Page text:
Play Live Radio
Next Up:
0:00 0:00
Available On Air Stations
Thank you very much for contributing to our June Membership Drive! If you didn't have a chance to donate, please do so at any time. We look forward to your support!

Zelenskyy urges Cannes filmmakers not to be silent

President of Ukraine Volodymyr Zelenskyy speaks via video during the opening of the  Cannes film festival on Tuesday.
Andreas Rentz
Getty Images
President of Ukraine Volodymyr Zelenskyy speaks via video during the opening of the Cannes film festival on Tuesday.

Ukrainian President Volodymyr Zelenskyy gave an impassioned speech at the opening ceremonies of the 75th Cannes Film Festival on the French Riviera on Tuesday.

He told the elegantly dressed audience, "Hundreds of people are dying every day. They won't get up again after the clapping at the end."

In a video message, Zelenskyy said the film industry needed a new Charlie Chaplin who would prove that today's cinema isn't "silent." He also showed a clip from Francis Ford Coppola's Vietnam War film Apocalypse Now.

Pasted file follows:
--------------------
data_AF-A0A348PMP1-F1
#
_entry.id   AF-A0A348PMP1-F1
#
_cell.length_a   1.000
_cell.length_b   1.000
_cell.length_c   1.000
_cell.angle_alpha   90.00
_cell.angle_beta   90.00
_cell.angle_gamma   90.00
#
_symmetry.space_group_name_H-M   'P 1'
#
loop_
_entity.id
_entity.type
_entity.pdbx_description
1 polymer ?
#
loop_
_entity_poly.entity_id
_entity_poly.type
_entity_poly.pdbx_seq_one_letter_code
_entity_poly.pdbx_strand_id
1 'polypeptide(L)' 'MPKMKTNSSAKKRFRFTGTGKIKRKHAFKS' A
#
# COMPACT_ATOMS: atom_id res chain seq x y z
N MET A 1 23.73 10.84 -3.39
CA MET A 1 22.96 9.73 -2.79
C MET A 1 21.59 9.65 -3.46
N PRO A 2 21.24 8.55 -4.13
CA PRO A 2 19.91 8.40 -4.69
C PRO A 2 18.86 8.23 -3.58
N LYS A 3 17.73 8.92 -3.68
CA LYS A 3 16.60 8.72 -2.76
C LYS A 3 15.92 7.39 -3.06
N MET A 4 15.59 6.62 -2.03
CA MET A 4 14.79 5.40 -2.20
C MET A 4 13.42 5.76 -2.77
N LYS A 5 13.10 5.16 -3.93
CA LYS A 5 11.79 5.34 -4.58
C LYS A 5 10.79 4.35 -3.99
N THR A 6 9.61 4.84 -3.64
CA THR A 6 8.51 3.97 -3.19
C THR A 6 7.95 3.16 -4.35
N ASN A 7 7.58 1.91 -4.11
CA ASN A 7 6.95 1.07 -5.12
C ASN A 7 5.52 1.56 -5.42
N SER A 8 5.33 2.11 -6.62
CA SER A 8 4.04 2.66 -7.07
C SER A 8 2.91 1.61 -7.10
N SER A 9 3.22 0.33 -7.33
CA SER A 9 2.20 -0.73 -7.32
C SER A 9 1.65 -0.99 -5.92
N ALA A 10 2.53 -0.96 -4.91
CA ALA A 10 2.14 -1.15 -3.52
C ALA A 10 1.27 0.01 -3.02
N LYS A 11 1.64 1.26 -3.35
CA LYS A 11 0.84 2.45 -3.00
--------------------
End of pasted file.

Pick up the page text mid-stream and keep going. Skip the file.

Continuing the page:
Speaking in Ukrainian, Zelenskyy quoted from Chaplin's final speech in The Great Dictator, "Greed has poisoned men's souls, has barricaded the world with hate, has goose-stepped us into misery and bloodshed. We have developed speed, but we have shut ourselves in. Machinery that gives abundance has left us in want. Our knowledge has made us cynical."

"I am convinced," said Zelenskyy, "that the dictator is going to lose."

After showing a clip from Apocalypse Now, Zelenskyy told the audience that the war scenes are "terrible" on the screen, "but they've become a reality." He talked about the constant attacks and the hundreds of people dying every day. "Will the cinema keep quiet or will it speak up?" He continued, "Everything depends on our unity."

Cannes officials barred Russians connected to Putin's government from participating in this year's festival. Films to be shown include the documentary The Natural History of Destruction by Sergey Loznitsa who was born in Belarus and educated in Ukraine and Russia. According to the synopsis, the World War II film asks the question, "Is it morally acceptable to use civilian population as a means of war?" The festival also includes Mariupolis 2, the final film by Lithuanian documentarian Mantas Kvedaravicius who was killed while reporting from Ukraine. His widow, Hanna Bilobrova, who was with him at the time, will introduce the film.

Copyright 2022 NPR. To see more, visit

Elizabeth Blair is a Peabody Award-winning senior producer/reporter on the Arts Desk of NPR News.